The National Security Agency offered these comments on The Washington Post’s article about privacy violations.
In July 2012, Director of National Intelligence [James R.] Clapper declassified certain statements about the government’s implementation of Section 702 in order to inform the public and congressional debate relating to reauthorization of the FISA Amendments Act (FAA). Those statements acknowledged that the Foreign Intelligence Surveillance Court (FISC) had determined that “some collection carried out pursuant to the Section 702 minimization procedures used by the government was unreasonable under the Fourth Amendment.”
The FISC’s finding was with respect to a very specific and highly technical aspect of the National Security Agency’s 702 collection. Once the issue was identified and fully understood, it was reported immediately to the FISC and Congress. In consultation with the FISC, the Department of Justice, NSA, and the Office of the Director of National Intelligence worked to address the concerns identified by the FISC by strengthening the NSA minimization procedures, thereby enhancing privacy protections for U.S. persons. The FISC has continued to approve the collection as consistent with the statute and reasonable under the Fourth Amendment.
Read the documents
The only known details of a 2011 ruling that found the NSA was using illegal methods to collect and handle the communications of American citizens.
View a slide used in a training course for NSA intelligence collectors and analysts.
How NSA analysts explain their targeting decisions without giving "extraneous information" to overseers.
Obama administration statement on ‘compliance incident’ statistics.
The NSA communications office, in coordination with the White House and Director of National Intelligence, declined to answer questions about the number of violations of the rules, regulations and court-imposed standards for protecting the privacy of Americans, including whether the trends are up or down. Spokesmen provided the following prepared statement.
Looking over a 3-year period that includes the 1st first quarter 2010 through second quarter 2013, the data for that quarter are above the average number of incidents reported in any given quarter during that period. The number of incidents in a given quarter during that 3-year period ranged from 372 to 1,162. A variety of factors can cause the numbers of incidents to trend up or down from one quarter to the next. They include, but are not limited to: implementation of new procedures or guidance with respect to our authorities that prompt a spike that requires “fine tuning,” changes to the technology or software in the targeted environment for which we had no prior knowledge, unforeseen shortcomings in our systems, new or expanded access, and “roaming” by foreign targets into the U.S., some of which NSA cannot anticipate in advance but each instance of which is reported as an incident. The one constant across all of the quarters is a persistent, dedicated effort to identify incidents or risks of incidents at the earliest possible moment, implement mitigation measures wherever possible, and drive the numbers down.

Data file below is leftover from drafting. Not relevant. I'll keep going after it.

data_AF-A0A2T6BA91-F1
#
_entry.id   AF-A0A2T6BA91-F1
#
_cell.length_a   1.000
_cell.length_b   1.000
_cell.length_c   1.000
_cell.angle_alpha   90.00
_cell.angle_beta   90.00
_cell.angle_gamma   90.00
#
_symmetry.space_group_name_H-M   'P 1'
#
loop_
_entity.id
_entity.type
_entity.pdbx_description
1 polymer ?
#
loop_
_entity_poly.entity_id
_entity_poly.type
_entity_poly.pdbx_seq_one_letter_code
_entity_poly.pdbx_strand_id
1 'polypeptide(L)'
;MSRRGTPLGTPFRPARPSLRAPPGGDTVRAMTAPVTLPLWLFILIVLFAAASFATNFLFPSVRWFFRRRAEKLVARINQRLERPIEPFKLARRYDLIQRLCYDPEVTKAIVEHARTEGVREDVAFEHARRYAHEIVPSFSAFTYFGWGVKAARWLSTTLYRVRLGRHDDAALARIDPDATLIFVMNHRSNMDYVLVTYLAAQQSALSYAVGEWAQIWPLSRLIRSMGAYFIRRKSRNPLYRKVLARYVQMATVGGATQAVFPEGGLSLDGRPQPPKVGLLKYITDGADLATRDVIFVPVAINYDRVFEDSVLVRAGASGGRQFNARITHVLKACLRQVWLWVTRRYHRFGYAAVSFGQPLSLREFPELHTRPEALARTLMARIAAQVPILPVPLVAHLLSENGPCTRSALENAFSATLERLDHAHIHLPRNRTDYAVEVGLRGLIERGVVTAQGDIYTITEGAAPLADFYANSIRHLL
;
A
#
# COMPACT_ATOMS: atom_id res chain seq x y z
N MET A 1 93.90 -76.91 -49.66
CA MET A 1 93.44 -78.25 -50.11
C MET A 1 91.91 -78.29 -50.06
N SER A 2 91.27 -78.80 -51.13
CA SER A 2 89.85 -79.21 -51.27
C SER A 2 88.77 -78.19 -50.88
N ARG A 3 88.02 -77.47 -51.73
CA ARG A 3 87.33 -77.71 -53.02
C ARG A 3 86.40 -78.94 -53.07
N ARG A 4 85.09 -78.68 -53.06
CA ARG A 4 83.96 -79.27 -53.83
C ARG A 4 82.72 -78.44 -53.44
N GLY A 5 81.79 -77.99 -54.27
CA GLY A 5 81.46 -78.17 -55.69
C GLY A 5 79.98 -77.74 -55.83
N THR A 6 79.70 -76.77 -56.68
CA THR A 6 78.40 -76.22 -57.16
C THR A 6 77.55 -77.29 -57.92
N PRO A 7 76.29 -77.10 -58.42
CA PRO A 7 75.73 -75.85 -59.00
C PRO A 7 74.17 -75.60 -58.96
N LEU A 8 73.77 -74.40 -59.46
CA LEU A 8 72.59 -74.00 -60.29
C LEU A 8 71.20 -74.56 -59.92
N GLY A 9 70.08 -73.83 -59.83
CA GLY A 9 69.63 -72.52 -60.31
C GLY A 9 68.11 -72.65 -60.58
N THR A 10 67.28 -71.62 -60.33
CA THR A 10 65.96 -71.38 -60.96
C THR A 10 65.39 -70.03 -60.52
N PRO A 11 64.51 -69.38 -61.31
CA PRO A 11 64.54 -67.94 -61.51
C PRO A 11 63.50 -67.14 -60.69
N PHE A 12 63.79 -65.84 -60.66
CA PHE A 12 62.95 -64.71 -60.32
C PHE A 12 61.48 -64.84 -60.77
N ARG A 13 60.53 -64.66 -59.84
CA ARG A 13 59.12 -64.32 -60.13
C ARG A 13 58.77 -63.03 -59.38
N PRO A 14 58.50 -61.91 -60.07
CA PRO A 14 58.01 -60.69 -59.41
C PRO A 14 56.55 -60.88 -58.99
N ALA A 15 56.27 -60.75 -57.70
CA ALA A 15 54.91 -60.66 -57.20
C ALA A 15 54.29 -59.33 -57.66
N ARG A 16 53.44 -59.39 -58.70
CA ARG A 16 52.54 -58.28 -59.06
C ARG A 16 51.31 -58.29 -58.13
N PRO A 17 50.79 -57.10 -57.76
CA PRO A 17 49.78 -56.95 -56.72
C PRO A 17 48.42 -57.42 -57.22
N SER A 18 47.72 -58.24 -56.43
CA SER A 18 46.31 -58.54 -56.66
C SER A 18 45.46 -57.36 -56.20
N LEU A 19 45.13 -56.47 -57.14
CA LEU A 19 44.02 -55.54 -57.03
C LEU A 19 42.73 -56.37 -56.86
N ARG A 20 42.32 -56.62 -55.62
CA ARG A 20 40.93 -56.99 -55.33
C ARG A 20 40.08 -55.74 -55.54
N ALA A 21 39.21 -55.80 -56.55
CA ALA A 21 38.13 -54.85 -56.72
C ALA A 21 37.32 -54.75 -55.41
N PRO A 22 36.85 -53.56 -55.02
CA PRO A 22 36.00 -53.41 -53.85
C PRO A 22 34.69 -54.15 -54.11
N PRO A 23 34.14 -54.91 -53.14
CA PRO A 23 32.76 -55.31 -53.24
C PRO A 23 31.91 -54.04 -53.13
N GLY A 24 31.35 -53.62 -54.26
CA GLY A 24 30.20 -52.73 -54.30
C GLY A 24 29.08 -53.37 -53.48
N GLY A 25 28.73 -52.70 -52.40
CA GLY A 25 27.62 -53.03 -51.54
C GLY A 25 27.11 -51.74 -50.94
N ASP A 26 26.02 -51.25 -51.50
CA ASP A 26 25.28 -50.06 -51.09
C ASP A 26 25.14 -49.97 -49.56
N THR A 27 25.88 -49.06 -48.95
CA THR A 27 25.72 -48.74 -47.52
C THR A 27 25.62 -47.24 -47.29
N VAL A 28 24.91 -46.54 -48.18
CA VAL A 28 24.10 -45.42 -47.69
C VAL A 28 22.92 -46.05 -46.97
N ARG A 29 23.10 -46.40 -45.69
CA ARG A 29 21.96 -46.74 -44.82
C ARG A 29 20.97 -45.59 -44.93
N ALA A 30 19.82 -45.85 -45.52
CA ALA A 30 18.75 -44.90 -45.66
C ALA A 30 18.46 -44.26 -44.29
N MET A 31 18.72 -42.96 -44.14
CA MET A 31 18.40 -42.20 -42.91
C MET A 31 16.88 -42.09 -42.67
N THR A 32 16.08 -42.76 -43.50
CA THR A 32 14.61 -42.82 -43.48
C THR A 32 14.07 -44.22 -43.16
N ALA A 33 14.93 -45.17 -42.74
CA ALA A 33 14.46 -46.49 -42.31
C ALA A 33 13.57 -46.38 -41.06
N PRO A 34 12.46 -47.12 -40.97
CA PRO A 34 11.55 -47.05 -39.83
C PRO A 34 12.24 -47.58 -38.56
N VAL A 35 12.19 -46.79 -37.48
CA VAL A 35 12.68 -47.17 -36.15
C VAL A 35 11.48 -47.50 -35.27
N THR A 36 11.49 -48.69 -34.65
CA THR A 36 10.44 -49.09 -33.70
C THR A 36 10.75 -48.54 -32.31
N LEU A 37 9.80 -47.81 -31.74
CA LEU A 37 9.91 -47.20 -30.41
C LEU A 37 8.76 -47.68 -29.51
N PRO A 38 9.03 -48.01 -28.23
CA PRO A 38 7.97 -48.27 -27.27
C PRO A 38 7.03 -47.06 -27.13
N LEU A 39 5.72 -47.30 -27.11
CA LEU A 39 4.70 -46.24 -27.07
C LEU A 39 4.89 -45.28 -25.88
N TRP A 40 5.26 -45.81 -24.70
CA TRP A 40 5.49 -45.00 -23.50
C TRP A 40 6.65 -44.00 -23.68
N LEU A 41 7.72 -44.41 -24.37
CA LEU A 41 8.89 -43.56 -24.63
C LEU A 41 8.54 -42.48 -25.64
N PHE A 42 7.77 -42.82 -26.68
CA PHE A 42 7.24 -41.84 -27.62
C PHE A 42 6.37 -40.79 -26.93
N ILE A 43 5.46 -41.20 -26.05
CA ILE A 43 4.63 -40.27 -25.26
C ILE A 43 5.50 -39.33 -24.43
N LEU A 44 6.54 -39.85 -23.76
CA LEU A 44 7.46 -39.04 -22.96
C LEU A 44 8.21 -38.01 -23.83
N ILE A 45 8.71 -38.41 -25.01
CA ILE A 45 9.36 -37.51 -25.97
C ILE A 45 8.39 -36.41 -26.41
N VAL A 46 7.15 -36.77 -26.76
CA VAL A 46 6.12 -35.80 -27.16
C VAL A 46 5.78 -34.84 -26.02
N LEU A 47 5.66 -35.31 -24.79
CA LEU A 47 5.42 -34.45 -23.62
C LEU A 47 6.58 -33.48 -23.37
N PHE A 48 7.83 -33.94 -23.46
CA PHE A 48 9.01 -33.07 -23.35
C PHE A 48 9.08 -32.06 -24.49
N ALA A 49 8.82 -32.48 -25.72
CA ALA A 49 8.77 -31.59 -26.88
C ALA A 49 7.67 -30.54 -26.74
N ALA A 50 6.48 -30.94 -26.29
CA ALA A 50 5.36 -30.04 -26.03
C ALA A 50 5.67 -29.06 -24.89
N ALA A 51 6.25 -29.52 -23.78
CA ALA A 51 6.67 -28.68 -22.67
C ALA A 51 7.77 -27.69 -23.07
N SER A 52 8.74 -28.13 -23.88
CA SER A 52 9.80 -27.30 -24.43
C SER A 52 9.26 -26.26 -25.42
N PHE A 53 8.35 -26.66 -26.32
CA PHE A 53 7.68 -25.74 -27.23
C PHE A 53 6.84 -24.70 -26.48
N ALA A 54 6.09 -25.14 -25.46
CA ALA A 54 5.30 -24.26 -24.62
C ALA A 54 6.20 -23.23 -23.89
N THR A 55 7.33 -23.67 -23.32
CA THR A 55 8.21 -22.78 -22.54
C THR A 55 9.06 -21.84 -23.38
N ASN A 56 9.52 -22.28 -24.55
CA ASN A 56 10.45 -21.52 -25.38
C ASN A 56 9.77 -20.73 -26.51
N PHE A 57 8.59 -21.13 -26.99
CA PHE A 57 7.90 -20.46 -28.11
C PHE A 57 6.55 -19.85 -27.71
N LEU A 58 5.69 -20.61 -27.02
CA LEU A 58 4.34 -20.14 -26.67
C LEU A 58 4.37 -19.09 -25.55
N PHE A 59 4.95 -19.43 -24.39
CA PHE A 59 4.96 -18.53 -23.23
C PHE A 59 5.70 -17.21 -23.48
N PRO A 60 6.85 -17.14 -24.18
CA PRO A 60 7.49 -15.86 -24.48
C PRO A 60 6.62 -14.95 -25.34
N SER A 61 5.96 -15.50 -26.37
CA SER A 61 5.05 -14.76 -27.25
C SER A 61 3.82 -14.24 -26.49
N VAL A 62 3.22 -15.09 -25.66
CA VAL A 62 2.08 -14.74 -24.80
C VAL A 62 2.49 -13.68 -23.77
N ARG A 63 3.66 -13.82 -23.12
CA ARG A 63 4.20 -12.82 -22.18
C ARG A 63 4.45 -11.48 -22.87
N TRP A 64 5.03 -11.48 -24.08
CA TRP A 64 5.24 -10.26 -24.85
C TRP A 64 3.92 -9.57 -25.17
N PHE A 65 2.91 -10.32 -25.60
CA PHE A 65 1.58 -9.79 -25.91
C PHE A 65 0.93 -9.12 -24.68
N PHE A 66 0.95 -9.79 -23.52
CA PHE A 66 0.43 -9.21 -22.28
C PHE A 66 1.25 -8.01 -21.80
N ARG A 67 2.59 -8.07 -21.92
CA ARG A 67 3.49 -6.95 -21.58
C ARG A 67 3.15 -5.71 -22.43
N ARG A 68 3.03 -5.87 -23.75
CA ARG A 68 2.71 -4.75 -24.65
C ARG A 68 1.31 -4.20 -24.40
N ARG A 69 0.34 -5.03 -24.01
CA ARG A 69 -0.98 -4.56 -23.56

An NSA interview, rewritten
The Obama administration referred all questions for this article to John DeLong, the NSA’s director of compliance, who answered questions freely in a 90-minute interview. DeLong and members of the NSA communications staff said he could be quoted “by name and title” on some of his answers after an unspecified internal review. The Post said it would not permit the editing of quotes. Two days later, White House and NSA spokesmen said that none of DeLong’s comments could be quoted on the record and sent instead a prepared statement in his name. The Post declines to accept the substitute language as quotations from DeLong. The statement is below.
We want people to report if they have made a mistake or even if they believe that an NSA activity is not consistent with the rules. NSA, like other regulated organizations, also has a “hotline” for people to report — and no adverse action or reprisal can be taken for the simple act of reporting. We take each report seriously, investigate the matter, address the issue, constantly look for trends, and address them as well — all as a part of NSA’s internal oversight and compliance efforts. What’s more, we keep our overseers informed through both immediate reporting and periodic reporting. Our internal privacy compliance program has more than 300 personnel assigned to it: a fourfold increase since 2009. They manage NSA’s rules, train personnel, develop and implement technical safeguards, and set up systems to continually monitor and guide NSA’s activities. We take this work very seriously.